Have small and clearly defined teams and groups
The larger the group of contributors, the more likely is holding back. Be clear about team composition and personal responsibilities. Any ambiguity can lead to holding back.
Recognize contributions as contributions
One kind of Many groups don't recognize
questions as actual contributions
very valuable contribution is the brilliant question. In meetings, a brilliant question is one that brings a halt to the proceedings because it causes the group to recognize that it has missed something important. Yet, many groups don't recognize questions (of any kind, brilliant or not) as actual contributions. They regard answers to questions as more valuable than the questions themselves, even though discovering the question can be more difficult than finding its answer. Recognize all contributions for the value they do provide.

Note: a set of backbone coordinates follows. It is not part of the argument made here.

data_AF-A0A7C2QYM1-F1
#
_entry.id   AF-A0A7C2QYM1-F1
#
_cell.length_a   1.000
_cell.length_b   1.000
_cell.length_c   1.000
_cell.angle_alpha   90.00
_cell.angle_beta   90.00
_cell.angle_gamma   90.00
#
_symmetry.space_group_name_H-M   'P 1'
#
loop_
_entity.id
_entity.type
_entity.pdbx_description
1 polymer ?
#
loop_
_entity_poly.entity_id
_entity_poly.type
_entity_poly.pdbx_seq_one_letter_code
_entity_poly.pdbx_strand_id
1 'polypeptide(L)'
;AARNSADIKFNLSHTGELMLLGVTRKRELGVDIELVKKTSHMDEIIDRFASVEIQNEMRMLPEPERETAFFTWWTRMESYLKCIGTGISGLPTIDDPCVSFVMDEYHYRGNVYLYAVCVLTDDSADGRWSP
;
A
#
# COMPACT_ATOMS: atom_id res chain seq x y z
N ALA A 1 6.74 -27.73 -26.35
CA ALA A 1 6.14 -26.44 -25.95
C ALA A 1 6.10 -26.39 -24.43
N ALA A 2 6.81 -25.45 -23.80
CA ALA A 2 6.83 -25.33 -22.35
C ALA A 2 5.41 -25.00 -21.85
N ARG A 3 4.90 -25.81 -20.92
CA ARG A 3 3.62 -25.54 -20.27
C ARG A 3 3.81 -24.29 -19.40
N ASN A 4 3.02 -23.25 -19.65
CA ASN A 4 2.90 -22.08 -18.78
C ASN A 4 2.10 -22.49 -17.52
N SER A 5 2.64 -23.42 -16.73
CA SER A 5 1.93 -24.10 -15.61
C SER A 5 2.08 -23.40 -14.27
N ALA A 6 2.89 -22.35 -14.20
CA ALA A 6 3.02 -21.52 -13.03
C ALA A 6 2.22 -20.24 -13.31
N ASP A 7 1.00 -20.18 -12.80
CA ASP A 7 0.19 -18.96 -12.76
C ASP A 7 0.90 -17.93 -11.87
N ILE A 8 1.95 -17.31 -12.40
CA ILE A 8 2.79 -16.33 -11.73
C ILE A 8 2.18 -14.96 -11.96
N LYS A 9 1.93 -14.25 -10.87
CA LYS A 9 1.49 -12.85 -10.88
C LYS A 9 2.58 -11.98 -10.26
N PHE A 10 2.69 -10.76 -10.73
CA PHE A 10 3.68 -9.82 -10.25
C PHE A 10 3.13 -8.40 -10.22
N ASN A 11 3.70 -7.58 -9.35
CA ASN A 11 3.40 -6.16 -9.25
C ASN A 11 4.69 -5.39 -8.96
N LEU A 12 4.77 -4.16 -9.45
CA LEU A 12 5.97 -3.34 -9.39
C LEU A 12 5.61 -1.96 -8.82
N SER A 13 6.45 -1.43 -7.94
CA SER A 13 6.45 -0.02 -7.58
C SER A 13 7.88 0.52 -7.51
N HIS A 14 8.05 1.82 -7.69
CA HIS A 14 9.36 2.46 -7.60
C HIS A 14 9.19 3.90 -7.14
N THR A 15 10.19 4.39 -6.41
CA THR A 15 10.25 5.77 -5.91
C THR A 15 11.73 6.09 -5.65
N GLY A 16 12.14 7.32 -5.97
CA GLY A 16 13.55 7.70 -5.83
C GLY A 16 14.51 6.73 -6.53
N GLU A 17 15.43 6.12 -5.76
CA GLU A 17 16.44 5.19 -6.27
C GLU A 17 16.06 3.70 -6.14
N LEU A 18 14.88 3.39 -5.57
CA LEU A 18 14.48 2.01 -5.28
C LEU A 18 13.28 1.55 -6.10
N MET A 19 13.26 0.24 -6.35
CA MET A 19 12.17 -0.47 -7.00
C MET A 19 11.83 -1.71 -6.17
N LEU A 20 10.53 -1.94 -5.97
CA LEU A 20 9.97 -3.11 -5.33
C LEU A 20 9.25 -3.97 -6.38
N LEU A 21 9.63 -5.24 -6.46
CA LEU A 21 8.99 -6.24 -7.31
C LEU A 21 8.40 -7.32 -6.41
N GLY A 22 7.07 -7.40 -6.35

Create passion and involvement
Stimulating passion and involvement can even more effectively limit holding back, because it introduces positive motivation to contribute, which can overwhelm any temptation to hold back. Challenging — but still achievable — group goals can help. A challenging goal is one that's far enough out of reach that achieving it is somewhat questionable, but not so far out of reach that inevitable failure is obvious.
Create unique, positive group identities
When group members can base their own self-esteem, in part, on the group identity, they're more likely to contribute passionately to group success. But because those outside the group determine, to some extent, the quality of a group's identity, image management strategies might be necessary.

Most important, intervene quickly when holding back occurs. If someone begins holding back, others who see it might also begin to hold back, too, because of the sucker effect, fatigue, performance matching, or other reasons. Early and effective intervention can limit holding-back contagion, and the damage holding back can do. First in this series  Go to top Top  Next issue: The Artful Shirker  Next Issue